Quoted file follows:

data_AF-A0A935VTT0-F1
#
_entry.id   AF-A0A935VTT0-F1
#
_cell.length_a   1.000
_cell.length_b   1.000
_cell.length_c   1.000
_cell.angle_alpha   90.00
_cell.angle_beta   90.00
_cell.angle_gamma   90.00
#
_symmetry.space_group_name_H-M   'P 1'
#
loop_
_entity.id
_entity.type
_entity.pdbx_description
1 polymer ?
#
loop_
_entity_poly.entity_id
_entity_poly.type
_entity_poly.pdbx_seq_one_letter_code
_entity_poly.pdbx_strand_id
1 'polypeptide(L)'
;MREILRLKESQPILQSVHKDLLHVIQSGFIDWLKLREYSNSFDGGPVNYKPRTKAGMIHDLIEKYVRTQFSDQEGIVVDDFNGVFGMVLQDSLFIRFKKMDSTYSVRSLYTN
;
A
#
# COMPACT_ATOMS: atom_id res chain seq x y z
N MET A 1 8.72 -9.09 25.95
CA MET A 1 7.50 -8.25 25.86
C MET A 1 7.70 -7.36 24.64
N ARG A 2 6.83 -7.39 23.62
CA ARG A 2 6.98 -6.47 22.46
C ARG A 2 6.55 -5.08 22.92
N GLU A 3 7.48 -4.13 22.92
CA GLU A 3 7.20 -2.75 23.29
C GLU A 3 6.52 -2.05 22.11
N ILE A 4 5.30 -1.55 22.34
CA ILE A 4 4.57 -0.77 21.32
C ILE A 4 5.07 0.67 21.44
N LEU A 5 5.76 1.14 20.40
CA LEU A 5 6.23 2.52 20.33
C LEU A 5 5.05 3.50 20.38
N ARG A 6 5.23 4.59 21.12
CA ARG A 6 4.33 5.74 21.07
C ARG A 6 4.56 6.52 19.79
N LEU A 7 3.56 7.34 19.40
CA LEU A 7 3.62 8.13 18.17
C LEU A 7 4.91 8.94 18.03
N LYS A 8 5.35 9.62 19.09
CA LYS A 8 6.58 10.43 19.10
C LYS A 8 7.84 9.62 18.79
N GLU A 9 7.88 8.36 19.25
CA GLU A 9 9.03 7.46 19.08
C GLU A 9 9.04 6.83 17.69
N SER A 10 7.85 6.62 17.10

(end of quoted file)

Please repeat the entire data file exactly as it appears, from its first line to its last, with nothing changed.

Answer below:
data_AF-A0A935VTT0-F1
#
_entry.id   AF-A0A935VTT0-F1
#
_cell.length_a   1.000
_cell.length_b   1.000
_cell.length_c   1.000
_cell.angle_alpha   90.00
_cell.angle_beta   90.00
_cell.angle_gamma   90.00
#
_symmetry.space_group_name_H-M   'P 1'
#
loop_
_entity.id
_entity.type
_entity.pdbx_description
1 polymer ?
#
loop_
_entity_poly.entity_id
_entity_poly.type
_entity_poly.pdbx_seq_one_letter_code
_entity_poly.pdbx_strand_id
1 'polypeptide(L)'
;MREILRLKESQPILQSVHKDLLHVIQSGFIDWLKLREYSNSFDGGPVNYKPRTKAGMIHDLIEKYVRTQFSDQEGIVVDDFNGVFGMVLQDSLFIRFKKMDSTYSVRSLYTN
;
A
#
# COMPACT_ATOMS: atom_id res chain seq x y z
N MET A 1 8.72 -9.09 25.95
CA MET A 1 7.50 -8.25 25.86
C MET A 1 7.70 -7.36 24.64
N ARG A 2 6.83 -7.39 23.62
CA ARG A 2 6.98 -6.47 22.46
C ARG A 2 6.55 -5.08 22.92
N GLU A 3 7.48 -4.13 22.92
CA GLU A 3 7.20 -2.75 23.29
C GLU A 3 6.52 -2.05 22.11
N ILE A 4 5.30 -1.55 22.34
CA ILE A 4 4.57 -0.77 21.32
C ILE A 4 5.07 0.67 21.44
N LEU A 5 5.76 1.14 20.40
CA LEU A 5 6.23 2.52 20.33
C LEU A 5 5.05 3.50 20.38
N ARG A 6 5.23 4.59 21.12
CA ARG A 6 4.33 5.74 21.07
C ARG A 6 4.56 6.52 19.79
N LEU A 7 3.56 7.34 19.40
CA LEU A 7 3.62 8.13 18.17
C LEU A 7 4.91 8.94 18.03
N LYS A 8 5.35 9.62 19.09
CA LYS A 8 6.58 10.43 19.10
C LYS A 8 7.84 9.62 18.79
N GLU A 9 7.88 8.36 19.25
CA GLU A 9 9.03 7.46 19.08
C GLU A 9 9.04 6.83 17.69
N SER A 10 7.85 6.62 17.10